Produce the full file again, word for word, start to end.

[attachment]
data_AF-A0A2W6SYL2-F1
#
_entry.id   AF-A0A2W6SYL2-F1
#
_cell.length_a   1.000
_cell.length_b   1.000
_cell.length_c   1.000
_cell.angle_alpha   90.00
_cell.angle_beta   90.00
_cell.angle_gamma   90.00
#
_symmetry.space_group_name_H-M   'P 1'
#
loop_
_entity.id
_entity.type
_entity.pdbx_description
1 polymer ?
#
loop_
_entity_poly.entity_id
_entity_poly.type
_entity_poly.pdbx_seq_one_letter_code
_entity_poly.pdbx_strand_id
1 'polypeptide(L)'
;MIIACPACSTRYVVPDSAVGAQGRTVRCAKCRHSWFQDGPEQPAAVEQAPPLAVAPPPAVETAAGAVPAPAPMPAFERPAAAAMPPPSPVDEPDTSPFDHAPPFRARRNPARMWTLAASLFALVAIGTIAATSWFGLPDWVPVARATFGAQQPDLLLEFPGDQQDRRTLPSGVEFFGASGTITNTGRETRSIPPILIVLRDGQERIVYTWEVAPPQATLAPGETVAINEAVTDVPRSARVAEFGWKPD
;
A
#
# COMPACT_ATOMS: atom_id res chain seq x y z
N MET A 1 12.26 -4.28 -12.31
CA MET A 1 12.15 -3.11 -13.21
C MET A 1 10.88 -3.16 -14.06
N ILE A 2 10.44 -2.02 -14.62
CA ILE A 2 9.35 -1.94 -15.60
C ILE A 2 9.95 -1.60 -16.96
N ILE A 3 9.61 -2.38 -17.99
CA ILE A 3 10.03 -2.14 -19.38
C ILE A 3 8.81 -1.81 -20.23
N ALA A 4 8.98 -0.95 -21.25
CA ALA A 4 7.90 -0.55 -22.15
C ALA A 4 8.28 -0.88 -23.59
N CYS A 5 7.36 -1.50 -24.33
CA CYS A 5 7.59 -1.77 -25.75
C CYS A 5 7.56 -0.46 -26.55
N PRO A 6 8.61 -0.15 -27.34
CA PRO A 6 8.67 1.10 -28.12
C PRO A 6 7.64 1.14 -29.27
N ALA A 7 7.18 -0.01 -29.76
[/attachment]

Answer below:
data_AF-A0A2W6SYL2-F1
#
_entry.id   AF-A0A2W6SYL2-F1
#
_cell.length_a   1.000
_cell.length_b   1.000
_cell.length_c   1.000
_cell.angle_alpha   90.00
_cell.angle_beta   90.00
_cell.angle_gamma   90.00
#
_symmetry.space_group_name_H-M   'P 1'
#
loop_
_entity.id
_entity.type
_entity.pdbx_description
1 polymer ?
#
loop_
_entity_poly.entity_id
_entity_poly.type
_entity_poly.pdbx_seq_one_letter_code
_entity_poly.pdbx_strand_id
1 'polypeptide(L)'
;MIIACPACSTRYVVPDSAVGAQGRTVRCAKCRHSWFQDGPEQPAAVEQAPPLAVAPPPAVETAAGAVPAPAPMPAFERPAAAAMPPPSPVDEPDTSPFDHAPPFRARRNPARMWTLAASLFALVAIGTIAATSWFGLPDWVPVARATFGAQQPDLLLEFPGDQQDRRTLPSGVEFFGASGTITNTGRETRSIPPILIVLRDGQERIVYTWEVAPPQATLAPGETVAINEAVTDVPRSARVAEFGWKPD
;
A
#
# COMPACT_ATOMS: atom_id res chain seq x y z
N MET A 1 12.26 -4.28 -12.31
CA MET A 1 12.15 -3.11 -13.21
C MET A 1 10.88 -3.16 -14.06
N ILE A 2 10.44 -2.02 -14.62
CA ILE A 2 9.35 -1.94 -15.60
C ILE A 2 9.95 -1.60 -16.96
N ILE A 3 9.61 -2.38 -17.99
CA ILE A 3 10.03 -2.14 -19.38
C ILE A 3 8.81 -1.81 -20.23
N ALA A 4 8.98 -0.95 -21.25
CA ALA A 4 7.90 -0.55 -22.15
C ALA A 4 8.28 -0.88 -23.59
N CYS A 5 7.36 -1.50 -24.33
CA CYS A 5 7.59 -1.77 -25.75
C CYS A 5 7.56 -0.46 -26.55
N PRO A 6 8.61 -0.15 -27.34
CA PRO A 6 8.67 1.10 -28.12
C PRO A 6 7.64 1.14 -29.27
N ALA A 7 7.18 -0.01 -29.76